In what author Yrsa Daley Ward calls the "tender, shocking business of life itself" we struggle deeply with making choices. We speak and act without thinking. Impulsivity can be medicinal, but it can also be terminal. To be human is to be fallible, FLAILING, extreme, contradictory, explosive, brilliant, and often annoying. As my friend Josephine said to me recently, "We are not cages, we are oceans."

This year my only resolution is to practice self enjoyment. I will continue to hold counsel only with those who welcome all of me and nothing less. For once I kicked my New Years off in style, surrounded by 4 close girl friends in a beautiful space with an incredible spread of food and drink. Did I also have to go upstairs and take a nap before the clock struck midnight because the red wine gave me a runny nose and I was experiencing a bit of sensory overload? Sure! Regardless, it was a beautiful and memorable way to welcome 2022.

"Forget your perfect offering. There is a crack, a crack in everything. That's how the light gets in." 

-Leonard Cohen

And you know, because I'm deeply passionate about etymology and words in general, please allow me to remind you that a foible is quite literally 'a minor weakness or eccentricity in someone's character.' Without a handful of those, or stories of regret that allow inspiration for growth, you're bloody boring. Bring all of yourself on this journey. Anything else is a loss.

We seem to have a driving desire to annihilate anything that isn't good enough. The things that don't look or feel the way they're supposed to. I've always struggled with honest record keeping. I usually end up throwing away journals once finished because of negativity and criticism that makes me wince. These things don't feel worthy of permanent print. There's an urge to crumple up the bad days and toss them away. Yet, a journal is a necessary outlet for even the worst feelings and thoughts. Otherwise they live in our bodies, corroding us from the inside out- and that's no place for them either.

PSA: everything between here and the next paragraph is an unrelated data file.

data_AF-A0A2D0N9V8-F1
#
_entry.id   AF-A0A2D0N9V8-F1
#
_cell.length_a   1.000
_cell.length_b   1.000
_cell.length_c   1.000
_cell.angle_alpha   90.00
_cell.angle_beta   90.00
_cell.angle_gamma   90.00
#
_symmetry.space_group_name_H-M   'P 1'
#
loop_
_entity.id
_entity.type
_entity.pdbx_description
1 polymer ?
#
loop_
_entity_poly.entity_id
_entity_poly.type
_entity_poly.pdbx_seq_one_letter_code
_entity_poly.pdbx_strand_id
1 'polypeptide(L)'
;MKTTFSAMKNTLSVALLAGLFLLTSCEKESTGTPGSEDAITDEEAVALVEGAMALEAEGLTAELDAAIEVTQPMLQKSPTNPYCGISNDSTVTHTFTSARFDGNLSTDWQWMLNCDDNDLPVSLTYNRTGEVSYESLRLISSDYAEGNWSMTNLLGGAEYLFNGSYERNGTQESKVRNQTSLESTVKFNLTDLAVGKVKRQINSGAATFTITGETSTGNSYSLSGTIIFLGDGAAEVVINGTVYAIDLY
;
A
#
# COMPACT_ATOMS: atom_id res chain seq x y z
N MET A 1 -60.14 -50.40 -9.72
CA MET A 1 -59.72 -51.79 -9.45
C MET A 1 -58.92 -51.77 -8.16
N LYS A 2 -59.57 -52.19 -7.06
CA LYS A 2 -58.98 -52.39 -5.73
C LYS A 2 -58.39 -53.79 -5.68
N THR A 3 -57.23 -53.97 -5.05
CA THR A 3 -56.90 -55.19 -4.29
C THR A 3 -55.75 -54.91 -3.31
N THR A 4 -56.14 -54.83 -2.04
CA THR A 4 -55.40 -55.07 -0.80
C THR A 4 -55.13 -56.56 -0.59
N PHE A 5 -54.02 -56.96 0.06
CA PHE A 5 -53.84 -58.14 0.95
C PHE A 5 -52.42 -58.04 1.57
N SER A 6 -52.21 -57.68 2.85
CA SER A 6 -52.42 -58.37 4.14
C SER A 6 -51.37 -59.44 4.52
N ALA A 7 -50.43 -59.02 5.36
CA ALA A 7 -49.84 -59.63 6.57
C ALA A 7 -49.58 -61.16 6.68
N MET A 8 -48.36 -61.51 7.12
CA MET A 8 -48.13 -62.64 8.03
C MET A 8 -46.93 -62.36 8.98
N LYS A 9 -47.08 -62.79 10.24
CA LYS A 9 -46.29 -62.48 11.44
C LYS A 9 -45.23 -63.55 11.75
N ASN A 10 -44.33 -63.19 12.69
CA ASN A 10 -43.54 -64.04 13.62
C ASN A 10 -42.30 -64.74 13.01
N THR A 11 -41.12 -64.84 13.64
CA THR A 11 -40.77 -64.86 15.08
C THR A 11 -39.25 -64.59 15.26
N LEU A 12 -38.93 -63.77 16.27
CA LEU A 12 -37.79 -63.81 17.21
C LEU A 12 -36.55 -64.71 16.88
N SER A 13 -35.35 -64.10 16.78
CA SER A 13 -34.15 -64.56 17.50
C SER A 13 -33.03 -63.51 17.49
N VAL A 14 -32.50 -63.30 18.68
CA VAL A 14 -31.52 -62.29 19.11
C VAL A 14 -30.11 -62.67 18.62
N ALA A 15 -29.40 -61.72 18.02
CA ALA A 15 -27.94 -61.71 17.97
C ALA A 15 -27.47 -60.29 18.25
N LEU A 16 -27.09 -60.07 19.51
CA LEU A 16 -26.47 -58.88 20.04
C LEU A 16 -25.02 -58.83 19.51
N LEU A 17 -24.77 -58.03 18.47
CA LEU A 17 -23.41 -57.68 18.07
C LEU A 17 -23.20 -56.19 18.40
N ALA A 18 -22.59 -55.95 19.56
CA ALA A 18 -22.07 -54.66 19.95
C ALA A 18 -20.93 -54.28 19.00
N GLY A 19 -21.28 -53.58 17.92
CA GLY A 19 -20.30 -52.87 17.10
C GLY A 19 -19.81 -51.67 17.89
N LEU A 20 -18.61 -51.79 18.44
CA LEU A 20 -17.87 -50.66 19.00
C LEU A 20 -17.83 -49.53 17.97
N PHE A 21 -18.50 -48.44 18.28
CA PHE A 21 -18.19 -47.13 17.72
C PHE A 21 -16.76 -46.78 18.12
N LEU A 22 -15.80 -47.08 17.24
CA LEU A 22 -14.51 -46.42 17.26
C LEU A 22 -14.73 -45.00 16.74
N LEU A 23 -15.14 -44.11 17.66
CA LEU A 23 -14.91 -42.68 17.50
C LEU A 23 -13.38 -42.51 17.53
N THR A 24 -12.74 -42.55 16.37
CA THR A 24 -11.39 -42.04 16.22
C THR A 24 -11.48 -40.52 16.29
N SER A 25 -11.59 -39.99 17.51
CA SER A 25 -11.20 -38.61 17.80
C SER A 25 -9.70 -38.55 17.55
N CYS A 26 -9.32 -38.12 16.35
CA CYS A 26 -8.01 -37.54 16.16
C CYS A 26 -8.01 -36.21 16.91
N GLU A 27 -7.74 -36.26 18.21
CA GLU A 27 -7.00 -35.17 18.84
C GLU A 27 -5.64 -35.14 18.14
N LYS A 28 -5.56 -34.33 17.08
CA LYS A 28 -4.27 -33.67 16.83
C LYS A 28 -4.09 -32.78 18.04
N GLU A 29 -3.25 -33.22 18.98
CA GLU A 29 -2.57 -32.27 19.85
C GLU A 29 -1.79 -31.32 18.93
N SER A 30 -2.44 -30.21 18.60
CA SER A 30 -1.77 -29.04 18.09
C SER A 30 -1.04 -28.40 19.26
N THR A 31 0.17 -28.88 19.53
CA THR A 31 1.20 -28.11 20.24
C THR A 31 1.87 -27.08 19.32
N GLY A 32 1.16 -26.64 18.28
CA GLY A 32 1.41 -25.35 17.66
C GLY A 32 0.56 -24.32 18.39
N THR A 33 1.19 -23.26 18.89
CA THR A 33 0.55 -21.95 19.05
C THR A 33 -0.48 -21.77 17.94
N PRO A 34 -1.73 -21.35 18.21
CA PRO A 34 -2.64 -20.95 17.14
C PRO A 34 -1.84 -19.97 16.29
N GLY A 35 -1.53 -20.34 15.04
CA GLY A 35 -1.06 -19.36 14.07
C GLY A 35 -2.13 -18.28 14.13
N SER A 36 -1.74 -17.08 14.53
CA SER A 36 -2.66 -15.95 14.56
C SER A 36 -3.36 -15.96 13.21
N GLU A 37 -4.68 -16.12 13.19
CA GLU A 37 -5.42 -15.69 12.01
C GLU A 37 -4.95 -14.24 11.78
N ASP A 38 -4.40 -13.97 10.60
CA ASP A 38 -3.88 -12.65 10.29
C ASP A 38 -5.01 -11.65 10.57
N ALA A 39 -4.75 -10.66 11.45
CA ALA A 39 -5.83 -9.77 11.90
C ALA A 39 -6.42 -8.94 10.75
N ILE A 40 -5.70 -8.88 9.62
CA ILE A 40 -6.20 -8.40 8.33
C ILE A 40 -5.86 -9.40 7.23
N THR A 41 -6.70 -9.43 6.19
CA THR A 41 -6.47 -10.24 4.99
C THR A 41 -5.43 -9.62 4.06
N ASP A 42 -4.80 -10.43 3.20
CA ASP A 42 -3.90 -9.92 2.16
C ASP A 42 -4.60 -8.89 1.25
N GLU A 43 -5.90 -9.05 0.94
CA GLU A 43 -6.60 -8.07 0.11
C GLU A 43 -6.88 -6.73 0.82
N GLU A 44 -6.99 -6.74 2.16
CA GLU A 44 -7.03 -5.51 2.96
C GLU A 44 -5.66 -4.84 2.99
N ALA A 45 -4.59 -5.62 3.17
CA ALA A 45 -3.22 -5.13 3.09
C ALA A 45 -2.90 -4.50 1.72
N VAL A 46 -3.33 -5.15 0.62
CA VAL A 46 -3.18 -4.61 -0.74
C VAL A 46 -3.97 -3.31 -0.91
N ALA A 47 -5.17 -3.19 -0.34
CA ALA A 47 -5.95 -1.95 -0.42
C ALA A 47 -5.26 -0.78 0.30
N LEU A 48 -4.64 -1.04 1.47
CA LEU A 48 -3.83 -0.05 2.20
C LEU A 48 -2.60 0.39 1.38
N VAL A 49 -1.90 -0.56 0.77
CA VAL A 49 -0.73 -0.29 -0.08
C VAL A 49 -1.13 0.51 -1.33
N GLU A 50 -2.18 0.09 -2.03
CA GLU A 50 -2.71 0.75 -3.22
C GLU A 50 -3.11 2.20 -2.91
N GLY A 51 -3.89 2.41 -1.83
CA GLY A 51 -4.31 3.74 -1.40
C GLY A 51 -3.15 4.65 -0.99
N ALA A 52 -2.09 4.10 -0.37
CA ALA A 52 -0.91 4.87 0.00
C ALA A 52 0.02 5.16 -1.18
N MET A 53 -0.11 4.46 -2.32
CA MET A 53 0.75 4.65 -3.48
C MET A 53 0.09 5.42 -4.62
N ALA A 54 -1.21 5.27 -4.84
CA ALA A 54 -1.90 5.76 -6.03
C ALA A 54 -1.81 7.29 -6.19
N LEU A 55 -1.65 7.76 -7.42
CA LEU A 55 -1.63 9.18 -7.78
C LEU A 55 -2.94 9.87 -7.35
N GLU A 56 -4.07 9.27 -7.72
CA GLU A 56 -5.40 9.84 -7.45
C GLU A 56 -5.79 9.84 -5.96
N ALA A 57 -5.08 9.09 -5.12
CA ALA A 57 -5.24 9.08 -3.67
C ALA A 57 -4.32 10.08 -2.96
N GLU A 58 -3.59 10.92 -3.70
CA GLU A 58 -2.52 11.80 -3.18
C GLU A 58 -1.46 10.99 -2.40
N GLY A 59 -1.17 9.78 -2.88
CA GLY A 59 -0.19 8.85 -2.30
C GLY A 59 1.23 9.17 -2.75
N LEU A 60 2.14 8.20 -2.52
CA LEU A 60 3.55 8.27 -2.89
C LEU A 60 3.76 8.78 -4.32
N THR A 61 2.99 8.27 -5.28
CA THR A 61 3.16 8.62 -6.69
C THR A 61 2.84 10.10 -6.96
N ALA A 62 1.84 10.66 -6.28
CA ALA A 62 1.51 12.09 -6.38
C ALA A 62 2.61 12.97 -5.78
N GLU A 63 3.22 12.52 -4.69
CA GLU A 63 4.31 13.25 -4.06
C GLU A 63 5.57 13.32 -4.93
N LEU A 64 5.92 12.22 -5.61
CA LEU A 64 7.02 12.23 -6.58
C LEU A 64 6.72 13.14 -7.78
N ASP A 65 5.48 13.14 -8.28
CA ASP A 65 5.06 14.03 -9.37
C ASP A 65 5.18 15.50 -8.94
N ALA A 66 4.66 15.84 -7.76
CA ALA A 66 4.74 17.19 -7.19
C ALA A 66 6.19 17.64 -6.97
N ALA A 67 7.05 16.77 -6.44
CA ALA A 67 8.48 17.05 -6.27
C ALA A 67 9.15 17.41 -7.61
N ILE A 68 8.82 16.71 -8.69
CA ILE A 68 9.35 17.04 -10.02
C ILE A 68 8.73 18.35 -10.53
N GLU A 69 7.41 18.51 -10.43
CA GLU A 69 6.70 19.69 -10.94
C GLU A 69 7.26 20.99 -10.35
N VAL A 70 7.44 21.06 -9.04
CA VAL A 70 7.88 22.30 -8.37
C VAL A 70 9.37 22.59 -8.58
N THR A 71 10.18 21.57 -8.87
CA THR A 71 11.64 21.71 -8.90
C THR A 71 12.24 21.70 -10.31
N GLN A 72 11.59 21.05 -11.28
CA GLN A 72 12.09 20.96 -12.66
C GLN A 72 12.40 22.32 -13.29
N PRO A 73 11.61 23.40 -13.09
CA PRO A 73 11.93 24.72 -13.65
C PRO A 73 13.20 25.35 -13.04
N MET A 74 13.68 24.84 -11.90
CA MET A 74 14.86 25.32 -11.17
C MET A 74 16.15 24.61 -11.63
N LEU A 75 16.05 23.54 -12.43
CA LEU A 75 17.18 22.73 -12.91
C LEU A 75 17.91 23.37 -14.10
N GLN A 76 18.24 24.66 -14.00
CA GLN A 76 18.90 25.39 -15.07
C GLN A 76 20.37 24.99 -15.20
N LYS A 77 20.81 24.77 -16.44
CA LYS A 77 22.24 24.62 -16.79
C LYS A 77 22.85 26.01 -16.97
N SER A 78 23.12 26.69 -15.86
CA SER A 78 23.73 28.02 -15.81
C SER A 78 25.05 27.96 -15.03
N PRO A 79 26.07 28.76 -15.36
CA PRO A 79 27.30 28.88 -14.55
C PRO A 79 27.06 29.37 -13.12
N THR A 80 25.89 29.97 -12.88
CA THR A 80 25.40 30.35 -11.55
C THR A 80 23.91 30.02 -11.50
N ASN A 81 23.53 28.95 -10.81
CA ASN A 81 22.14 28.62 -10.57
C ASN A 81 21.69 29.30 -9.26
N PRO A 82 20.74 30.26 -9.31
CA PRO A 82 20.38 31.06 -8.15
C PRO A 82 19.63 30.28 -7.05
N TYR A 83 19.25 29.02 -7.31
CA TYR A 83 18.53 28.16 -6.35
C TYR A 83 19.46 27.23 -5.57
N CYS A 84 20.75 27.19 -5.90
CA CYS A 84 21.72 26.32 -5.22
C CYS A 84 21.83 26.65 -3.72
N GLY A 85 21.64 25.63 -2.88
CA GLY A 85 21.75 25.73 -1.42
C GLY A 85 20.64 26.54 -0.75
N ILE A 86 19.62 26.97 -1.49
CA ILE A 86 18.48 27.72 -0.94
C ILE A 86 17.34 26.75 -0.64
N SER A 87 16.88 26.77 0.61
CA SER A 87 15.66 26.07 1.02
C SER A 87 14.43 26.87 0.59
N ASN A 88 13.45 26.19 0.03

Somehow, when it comes to this blog I refuse to edit or dismantle even the worst of my  previous posts. In fact, I quite enjoy returning to the beginning and watching my progress. This is my centennial blog, by the way. 100 pieces shared! Something to be proud of. Something to leave alone and refuse to adjust, fix, or improve. 

Happy New Year, y'all.

"You are starting from yourself, and it's the self that contains all the answers. So you have to give up on the idea that you must go from A to B...The one reality includes everything in its tangle of experiences, and what we are trying to find is the experiencer who is present no matter what experience you are having."

-Deepak Chopra